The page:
Practitioners 28: Kazuo Koike

We here at Beyond the Bunker hope to list the greatest and best creatives in the history of comic books. In a continuing series (available every week on Tuesday) the most innovative, inspirational and important comic book visionaries will be appearing here. Check on the link below to see if one of your favourites has been included yet.

Born May 8th 1936 in Daisen, Akita Prefecture Kazuo Koike is one of a prolific and one of the most enduring and globally popular manga writers as well as being a novellist and entrepeneur.

Early in Koike’s career, he studied under Golgo 13 creator Takao Saito and served as a writer on the series. Golgo 13 was a Manga series, ostensibly written and illustrated by Takao Saito. Running in Shogakukan’s Big Comic Magazine since January 1969 and is the longest running Manga still in production. This was a strong start for a writer who would spreda to the world stage extremely quickly with his independent work; most notably perhaps – particularly to cult comic book fans globally his masterpiece; Lone Wolf and Cub.

Uniting with master artist Goseki Kojima first published Lone Wolf and Cub in 1970. A masterclass in slow burning plots and simple, effective storytelling utilising mesmerising and beautifully detailed black and white line work, Lone Wolf and Cub was designed to be accessable and the format and simple and beautiful imagery and telling made it an enormous success.

Lone Wolf and Cub (Kozure Okami) was adpated into six films starring Tomisabaruro Wakayama, four plays, a televsiosn series and is widely considered an important and influential work. It chronicles the story of Ogami Itto, the Shogun’s executioner who uses a dotanuki battle sword.When falsely accussed from the Yagyu Clan, he is forced to take the path of an Assassin. The one thing that perhaps sets the series apart entirely from all other Manga fare is that he moves out to seek revenge against the Yagyu Clan along with his three-year-old son, Daigoro.

Under Koike’s considerable skill, Lone Wolf and Cub takes in almost all aspects of Japanese life during its isolation from the world in the 19th Century. Honour, bravery and revenge are common place characteristics of the script but absent more often is the theme of paternity. While the stern Ogami protects and guides his son, usual paternal mores are distinctly absent. The script itself makes savage use of the tiny character of Daigoro as he and his father make their way through the landscape.

Koike’s main distinction is the control he exudes over his storylines. Meticulously detailed in accuracy, there is no sense of rush. There is a good reason for this. Both Koike and Kojima created 28 volumes of Manga before the epic concluded, with over 300 pages (in total 8,700 pages in all). Koike was prolific even by Manga standards. The storyline was episodic but steadily began to begin to feed on itself as the two characters continued their journey. A slow burning epitaph to a long passed age loaded (thanks to Koike’s ability) with incredibly memorable moments. Lone Wolf and Cub has been released through Dark Horse for international markets and continues to sell well.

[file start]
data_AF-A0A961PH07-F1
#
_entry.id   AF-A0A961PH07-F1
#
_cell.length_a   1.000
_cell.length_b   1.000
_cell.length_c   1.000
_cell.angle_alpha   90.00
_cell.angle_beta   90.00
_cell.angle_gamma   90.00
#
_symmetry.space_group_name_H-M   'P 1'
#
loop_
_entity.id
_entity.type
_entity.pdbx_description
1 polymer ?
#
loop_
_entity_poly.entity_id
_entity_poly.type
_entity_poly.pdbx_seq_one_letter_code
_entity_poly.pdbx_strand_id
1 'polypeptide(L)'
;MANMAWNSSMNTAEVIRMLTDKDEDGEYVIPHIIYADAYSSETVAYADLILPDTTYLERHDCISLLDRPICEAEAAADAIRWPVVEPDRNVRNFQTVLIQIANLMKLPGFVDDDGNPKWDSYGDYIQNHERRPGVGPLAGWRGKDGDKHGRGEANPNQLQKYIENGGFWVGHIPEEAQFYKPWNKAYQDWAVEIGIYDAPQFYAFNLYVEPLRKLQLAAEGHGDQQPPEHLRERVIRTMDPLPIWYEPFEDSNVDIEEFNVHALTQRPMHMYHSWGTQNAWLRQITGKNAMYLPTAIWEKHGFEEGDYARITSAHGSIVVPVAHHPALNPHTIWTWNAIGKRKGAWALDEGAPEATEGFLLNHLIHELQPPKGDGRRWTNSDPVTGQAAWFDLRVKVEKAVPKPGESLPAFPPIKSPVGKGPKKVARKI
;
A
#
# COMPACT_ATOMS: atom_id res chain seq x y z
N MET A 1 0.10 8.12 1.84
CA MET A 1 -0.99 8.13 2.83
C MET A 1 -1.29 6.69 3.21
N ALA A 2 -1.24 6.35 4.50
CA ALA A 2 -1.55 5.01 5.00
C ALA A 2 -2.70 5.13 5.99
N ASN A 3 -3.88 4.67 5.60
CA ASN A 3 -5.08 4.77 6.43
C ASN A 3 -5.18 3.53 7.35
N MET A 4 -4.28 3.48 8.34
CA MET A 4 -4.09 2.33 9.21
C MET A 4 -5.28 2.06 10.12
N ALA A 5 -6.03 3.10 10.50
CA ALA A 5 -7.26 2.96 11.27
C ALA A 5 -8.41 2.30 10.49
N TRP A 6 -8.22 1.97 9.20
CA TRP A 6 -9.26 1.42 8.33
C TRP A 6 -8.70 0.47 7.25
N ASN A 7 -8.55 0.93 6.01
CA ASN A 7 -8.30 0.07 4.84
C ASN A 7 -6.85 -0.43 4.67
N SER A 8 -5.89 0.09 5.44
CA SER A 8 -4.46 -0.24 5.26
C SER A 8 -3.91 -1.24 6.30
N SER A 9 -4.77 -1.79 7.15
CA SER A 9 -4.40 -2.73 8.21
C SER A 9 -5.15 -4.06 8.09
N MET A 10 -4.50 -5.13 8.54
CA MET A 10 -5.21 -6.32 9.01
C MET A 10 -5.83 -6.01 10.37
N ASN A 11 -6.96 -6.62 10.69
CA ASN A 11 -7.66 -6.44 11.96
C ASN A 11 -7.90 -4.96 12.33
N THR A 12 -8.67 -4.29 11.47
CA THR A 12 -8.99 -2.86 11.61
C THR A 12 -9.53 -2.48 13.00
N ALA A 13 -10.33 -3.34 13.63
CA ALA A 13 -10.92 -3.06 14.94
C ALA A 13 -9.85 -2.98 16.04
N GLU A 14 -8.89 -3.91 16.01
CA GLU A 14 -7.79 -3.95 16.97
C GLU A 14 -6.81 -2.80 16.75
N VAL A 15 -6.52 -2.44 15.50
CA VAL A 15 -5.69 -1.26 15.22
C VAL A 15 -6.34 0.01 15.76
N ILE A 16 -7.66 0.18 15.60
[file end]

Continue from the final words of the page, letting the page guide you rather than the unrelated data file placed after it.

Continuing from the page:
One piece from a million strong catalogue of fan art relating to LWC

Koike also wrote Crying Freeman, Illustrated by Ryoichi Ikegami, which again was adapted into a 1995 live-action film by director Christophe Gans. The simple premise relied on Koike’s previous writing assignments for influence but simplified and honed the ideas for a modern feel. Sharper and more concise, Crying Freeman followed a Japanese man kidnapped and conditioned and hypnotised and trained by the Chinese Mafia to kill. As a result the titular character cries after each assassination.

Kazuo Koike started the Gekika Sonjuku, a college course meant to teach people how to be mangaka. Included in the roster of students that attended are Tetsuo Hara – manga artist on Fist of the North Star, Yuji Horii – game designer and freelance writer who worked on the Dragon Quest series and others significantly more famous in Japan than to the western world.

In addition to his more violent, action-oriented manga, Koike, an avid golfer, has also written golf manga. He has also written mahjong manga, as he himself is a former professional mahjong player.

A distinctive and powerful writer, Koike elevates simple ideas and offers them in an accurate and incredibly indelible way. His greatest works are among the mot well known and well received Manga creations. Most notably perhaps is that this master of the form is no passing his own skills to a new generation of artists and writers as the gap between Japanese and global markets begins to close no doubt we will see more of Koike’s influences on the shelves in many western comic book shops. We just might not be aware of it. Like a master assassin in the night.

A page from Crying Freeman (written by Kazuo Koike)

About these ads

One thought on “Practitioners 28: Kazuo Koike

  1. Pingback: Practitioners 29: Goseki Kojima « Beyond the Bunker

Leave a Reply

Fill in your details below or click an icon to log in:

WordPress.com Logo

You are commenting using your WordPress.com account. Log Out / Change )

Twitter picture

You are commenting using your Twitter account. Log Out / Change )

Facebook photo

You are commenting using your Facebook account. Log Out / Change )

Google+ photo

You are commenting using your Google+ account. Log Out / Change )

Connecting to %s